Read more of this story at Slashdot.

Qualys Research Team Warns of Significant polkit Vulnerability Affecting All Linux Users>

LinuxSecurity.com - Mër, 26/01/2022 - 7:52md
The Qualys Research Team reached out to LinuxSecurity after discovering a memory corruption vulnerability in polkit's pkexec. Pkexec is a SUID-root program that is installed by default on every major Linux distribution of the open-source operating system. This vulnerability is easily exploited and gives hackers the opportunity to gain full root privileges on a vulnerable host. Much like the Log4j vulnerability, the severity of this flaw is high and it is imperative that vulnerabilities are reported in a timely fashion. Experts also expressed that due to the simple possibility for exploitation the vulnerability needs to be patched and mitigated immediately.

Verizon's TracFone Customers Complain of Attackers Stealing Their Phone Numbers

Slashdot - Mër, 26/01/2022 - 7:45md
Attackers have commandeered thousands of TracFone customers' phone numbers in recent weeks, forcing new owner Verizon Communications to improve safeguards less than two months after it took over the prepaid wireless provider. From a report: TracFone offers prepaid wireless service under several brands, including Straight Talk, Total Wireless and its namesake brand. Some customers of Straight Talk said they found their phone lines suddenly disconnected around the December holidays. "We were recently made aware of bad actors gaining access to a limited number of customer accounts and, in some cases, fraudulently transferring, or porting out, mobile telephone numbers to other carriers," TracFone said in a notice posted on its website this month. In some cases, customers said they discovered their lines had been moved without their permission to Metro, a unit of T-Mobile US. A T-Mobile spokeswoman said the company investigated and found "no fraud or data breach of any sort" on its side. The company added that such unauthorized transfers "are unfortunately an industrywide issue." Verizon, which acquired TracFone in late November in a $6.25 billion deal, said it had added security protections to the recently acquired services to prevent such fraudulent transfers. For instance, the prepaid operators will now send customers a text message notification when a transfer request is made. A Verizon spokeswoman said the attack appeared to affect about 6,000 TracFone customers, a fraction of Verizon's roughly 24 million prepaid lines. "We have no reason to think that this was caused by anybody on the inside," the spokeswoman said. "You've got the bad actors out there constantly trying to find points of weakness," Matt Ellis, Verizon's finance chief, said Tuesday in an interview. "We've addressed that weakness."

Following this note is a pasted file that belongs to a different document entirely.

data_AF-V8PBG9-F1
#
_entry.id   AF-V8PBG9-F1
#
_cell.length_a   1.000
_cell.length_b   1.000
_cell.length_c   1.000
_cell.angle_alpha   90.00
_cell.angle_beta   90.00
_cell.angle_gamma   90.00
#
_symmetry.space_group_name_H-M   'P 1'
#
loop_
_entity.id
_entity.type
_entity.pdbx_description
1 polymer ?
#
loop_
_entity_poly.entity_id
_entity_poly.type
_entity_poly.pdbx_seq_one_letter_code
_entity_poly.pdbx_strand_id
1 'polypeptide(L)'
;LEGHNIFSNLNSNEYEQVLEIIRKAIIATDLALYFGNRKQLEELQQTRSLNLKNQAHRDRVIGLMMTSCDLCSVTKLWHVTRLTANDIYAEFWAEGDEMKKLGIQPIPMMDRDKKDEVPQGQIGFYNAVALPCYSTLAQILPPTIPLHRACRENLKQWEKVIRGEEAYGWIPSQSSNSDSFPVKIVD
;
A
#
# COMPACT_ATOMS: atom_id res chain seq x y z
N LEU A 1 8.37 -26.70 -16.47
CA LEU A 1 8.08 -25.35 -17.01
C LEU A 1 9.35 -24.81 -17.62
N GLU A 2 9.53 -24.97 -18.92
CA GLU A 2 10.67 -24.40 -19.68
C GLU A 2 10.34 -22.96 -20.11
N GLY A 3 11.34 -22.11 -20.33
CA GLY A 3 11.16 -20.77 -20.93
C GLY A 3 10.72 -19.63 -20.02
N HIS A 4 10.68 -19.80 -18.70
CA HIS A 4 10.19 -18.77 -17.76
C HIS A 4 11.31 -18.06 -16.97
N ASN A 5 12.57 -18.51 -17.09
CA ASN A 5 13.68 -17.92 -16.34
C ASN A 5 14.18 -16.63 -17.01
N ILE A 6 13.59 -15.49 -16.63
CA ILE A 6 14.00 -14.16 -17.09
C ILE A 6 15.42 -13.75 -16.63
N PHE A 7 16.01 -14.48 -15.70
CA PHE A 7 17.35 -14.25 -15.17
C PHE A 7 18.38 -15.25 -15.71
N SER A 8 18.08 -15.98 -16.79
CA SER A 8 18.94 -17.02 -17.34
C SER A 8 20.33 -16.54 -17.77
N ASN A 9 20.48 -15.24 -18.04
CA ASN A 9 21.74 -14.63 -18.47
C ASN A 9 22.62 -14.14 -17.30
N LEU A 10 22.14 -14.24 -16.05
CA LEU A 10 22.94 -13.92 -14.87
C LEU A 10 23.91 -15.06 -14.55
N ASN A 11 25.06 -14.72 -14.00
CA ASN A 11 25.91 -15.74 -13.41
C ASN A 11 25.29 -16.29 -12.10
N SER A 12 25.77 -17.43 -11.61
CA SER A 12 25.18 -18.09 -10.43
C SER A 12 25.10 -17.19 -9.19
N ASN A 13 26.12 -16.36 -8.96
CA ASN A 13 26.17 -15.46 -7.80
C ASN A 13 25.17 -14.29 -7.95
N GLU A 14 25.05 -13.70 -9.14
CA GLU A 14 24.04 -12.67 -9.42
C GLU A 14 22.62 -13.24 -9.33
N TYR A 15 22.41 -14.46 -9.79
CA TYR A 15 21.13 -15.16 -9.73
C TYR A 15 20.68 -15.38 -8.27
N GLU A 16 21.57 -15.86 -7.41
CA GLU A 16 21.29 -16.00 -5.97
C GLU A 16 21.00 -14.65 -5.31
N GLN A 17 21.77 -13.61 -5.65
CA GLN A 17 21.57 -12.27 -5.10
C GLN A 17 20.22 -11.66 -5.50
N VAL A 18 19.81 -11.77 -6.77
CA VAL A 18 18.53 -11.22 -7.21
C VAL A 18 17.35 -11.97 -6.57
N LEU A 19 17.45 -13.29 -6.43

Read more of this story at Slashdot.

Microsoft Teams Surpasses 270 Million Monthly Active Users

Slashdot - Mër, 26/01/2022 - 7:04md
Microsoft's Teams communications and collaboration platform topped 270 million monthly active users in the December quarter, continuing to add users but at a much slower pace than in the initial months of the pandemic. From a report: Satya Nadella, the Microsoft CEO, revealed the latest number Tuesday afternoon in conjunction with the company's quarterly earnings. The number represents an increase of 20 million monthly active users from the 250 million that Microsoft reported six months ago, in July 2021. Prior to that, the company used the metric of daily active users, so the numbers aren't directly comparable, but they do show how the growth has slowed. Monthly numbers are more forgiving because users don't need to use the product as frequently to move the needle. In daily active users, Teams jumped from 75 million in April 2020 to 115 million in October 2020 to 145 million in April 2021.

Read more of this story at Slashdot.

White House Attempts To Strengthen Federal Cybersecurity After Major Hacks

Slashdot - Mër, 26/01/2022 - 6:24md
The White House plans to release an ambitious strategy Wednesday to make federal agencies tighten their cybersecurity controls after a series of high-profile hacks against government and private infrastructure in the last two years, according to a copy shared with CNN. From a report: It's one of the biggest efforts yet by the Biden administration to secure the computer networks that the government relies on to do business. Under the strategy, federal employees will need to sign on to agency networks using multiple layers of security and agencies will have to do a better job of protecting their internal network traffic from hackers. The strategy gives agencies until the end of the 2024 fiscal year to meet these benchmarks and others. The overhaul was inspired in part by a 2020 spying campaign by alleged Russian hackers that infiltrated several US agencies and went undetected for months, leaving US officials frustrated at their blind spots. The hackers tampered with software made by federal contractor SolarWinds, among other tools, to sneak onto the unclassified networks of the Departments of Justice, Homeland Security and others.